Diabetes may cause nerve damage, which impacts proper blood circulation to the legs and extremities, according to Everyday Health. Poor circulation often leads to other complications. In severe cases, the leg or toes require amputation.
Diabetic neuropathy, which is nerve damage caused by high blood glucose, often spreads to the extremities, including arms and legs, states Everyday Health. This condition, known as peripheral neuropathy, may cause symptoms of burning, tingling, sharp pains, cramps, and loss of coordination or balance. Many individuals experience no symptoms at all, while others may not notice signs of neuropathy due to a numb sensation. Untreated sores caused by neuropathy can lead to ulcers or infections that invade the bones.
Diabetics can take steps to prevent amputation in as many as half of all diabetes-related cases, according to Everyday Health. Diabetics should examine their feet daily for sores, wounds, changes in color or anything unusual as well as exercise proper foot hygiene, including washing in lukewarm water, using lotions on hard calluses, and using nonmedicated powders to control perspiration and prevent skin breakdown. They should never use alcohol, astringents, hydrogen peroxide or iodine on the feet. Additionally, diabetics should wear proper shoes and avoid anything that causes foot pain, irritation or discomfort.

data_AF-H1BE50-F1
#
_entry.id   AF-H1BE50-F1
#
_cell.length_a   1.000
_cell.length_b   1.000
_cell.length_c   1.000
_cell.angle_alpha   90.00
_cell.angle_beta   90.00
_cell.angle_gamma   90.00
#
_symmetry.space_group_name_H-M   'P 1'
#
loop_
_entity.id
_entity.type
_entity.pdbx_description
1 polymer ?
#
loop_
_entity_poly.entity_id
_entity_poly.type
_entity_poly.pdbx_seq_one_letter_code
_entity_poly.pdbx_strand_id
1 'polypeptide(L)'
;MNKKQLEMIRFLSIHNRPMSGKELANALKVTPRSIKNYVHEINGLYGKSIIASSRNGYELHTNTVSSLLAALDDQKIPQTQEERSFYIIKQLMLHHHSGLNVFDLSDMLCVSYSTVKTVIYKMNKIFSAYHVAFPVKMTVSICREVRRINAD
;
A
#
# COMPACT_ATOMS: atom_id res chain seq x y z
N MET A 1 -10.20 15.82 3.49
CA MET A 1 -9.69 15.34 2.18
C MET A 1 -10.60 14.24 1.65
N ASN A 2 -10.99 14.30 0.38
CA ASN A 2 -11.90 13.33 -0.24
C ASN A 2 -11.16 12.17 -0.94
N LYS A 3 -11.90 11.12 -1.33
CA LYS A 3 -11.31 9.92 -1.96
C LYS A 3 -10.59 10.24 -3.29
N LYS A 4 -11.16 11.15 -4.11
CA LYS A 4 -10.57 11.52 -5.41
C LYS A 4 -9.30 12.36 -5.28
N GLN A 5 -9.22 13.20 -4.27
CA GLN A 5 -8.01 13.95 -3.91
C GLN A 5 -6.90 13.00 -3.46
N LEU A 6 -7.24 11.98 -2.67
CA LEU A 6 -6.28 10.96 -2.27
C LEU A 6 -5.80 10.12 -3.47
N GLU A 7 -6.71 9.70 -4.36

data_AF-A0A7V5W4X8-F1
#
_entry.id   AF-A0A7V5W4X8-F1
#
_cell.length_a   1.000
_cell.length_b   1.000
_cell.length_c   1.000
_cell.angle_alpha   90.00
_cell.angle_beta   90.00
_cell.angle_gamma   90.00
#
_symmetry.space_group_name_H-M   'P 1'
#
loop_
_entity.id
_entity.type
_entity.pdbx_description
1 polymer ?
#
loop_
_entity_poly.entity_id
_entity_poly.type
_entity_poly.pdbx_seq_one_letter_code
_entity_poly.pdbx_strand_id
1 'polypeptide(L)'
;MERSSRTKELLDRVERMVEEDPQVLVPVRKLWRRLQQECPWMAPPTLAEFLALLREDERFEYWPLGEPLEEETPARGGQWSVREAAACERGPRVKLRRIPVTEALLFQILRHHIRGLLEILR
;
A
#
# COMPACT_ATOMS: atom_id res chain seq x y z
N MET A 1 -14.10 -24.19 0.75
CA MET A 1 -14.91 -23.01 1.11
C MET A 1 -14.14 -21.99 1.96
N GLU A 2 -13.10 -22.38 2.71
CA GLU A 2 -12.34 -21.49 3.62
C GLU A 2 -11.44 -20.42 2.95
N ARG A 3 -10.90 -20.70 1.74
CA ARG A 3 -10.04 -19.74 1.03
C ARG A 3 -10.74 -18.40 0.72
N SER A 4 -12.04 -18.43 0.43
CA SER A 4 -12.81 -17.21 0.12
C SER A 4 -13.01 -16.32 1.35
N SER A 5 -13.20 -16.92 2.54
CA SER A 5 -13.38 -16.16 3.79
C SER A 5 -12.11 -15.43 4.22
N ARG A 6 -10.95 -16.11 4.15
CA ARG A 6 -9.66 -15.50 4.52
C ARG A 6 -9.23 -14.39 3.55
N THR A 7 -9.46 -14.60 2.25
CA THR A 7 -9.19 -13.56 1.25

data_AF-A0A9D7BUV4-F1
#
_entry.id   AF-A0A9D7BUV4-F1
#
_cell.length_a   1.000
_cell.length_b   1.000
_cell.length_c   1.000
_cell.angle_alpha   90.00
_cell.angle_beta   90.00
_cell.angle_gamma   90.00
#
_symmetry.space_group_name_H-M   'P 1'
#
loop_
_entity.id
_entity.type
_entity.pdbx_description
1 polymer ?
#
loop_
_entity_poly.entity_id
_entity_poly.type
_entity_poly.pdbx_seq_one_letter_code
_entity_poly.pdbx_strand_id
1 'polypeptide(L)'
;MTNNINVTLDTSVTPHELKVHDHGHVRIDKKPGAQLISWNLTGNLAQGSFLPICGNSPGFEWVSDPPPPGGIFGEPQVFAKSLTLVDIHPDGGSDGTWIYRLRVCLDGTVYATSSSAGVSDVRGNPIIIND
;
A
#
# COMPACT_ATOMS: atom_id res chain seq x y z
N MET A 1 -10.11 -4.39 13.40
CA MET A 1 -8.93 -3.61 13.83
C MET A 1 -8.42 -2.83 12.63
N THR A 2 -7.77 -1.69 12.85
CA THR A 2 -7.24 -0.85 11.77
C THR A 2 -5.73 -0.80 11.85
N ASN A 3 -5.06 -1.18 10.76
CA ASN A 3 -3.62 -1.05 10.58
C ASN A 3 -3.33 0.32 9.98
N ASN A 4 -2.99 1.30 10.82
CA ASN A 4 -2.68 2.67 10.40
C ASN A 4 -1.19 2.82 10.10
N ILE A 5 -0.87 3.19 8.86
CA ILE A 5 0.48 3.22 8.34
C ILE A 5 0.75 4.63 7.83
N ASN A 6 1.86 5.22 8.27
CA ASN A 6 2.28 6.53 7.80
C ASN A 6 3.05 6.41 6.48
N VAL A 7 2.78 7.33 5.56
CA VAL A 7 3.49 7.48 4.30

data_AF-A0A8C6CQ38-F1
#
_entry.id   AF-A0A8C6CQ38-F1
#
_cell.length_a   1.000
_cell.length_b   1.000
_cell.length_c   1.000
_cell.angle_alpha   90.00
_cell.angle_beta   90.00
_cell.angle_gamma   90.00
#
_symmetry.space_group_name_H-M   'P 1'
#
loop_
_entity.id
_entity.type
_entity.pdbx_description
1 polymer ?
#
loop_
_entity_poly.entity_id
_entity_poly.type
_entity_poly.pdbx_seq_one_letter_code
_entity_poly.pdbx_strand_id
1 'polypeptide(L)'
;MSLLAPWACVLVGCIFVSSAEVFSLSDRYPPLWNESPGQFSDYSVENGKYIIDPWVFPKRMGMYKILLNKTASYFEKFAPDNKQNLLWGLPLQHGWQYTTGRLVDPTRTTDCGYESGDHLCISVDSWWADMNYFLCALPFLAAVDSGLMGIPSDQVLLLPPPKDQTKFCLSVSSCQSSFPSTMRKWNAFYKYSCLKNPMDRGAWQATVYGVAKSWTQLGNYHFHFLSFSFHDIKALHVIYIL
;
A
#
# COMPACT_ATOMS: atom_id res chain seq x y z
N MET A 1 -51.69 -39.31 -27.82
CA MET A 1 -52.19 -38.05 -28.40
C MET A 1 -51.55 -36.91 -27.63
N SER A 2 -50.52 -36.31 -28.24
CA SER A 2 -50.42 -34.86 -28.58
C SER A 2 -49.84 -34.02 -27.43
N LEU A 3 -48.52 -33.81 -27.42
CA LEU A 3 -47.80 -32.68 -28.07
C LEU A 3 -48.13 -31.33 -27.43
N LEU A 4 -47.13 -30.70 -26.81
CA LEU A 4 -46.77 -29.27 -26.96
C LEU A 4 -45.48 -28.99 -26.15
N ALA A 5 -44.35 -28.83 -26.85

If any signs of swelling, pain, redness, tingling or numbness occur, a patient should contact his doctor immediately, states Everyday Health. Additionally, it's imperative that a diabetic quits smoking, which decreases the blood flow in small blood vessels of the legs and feet.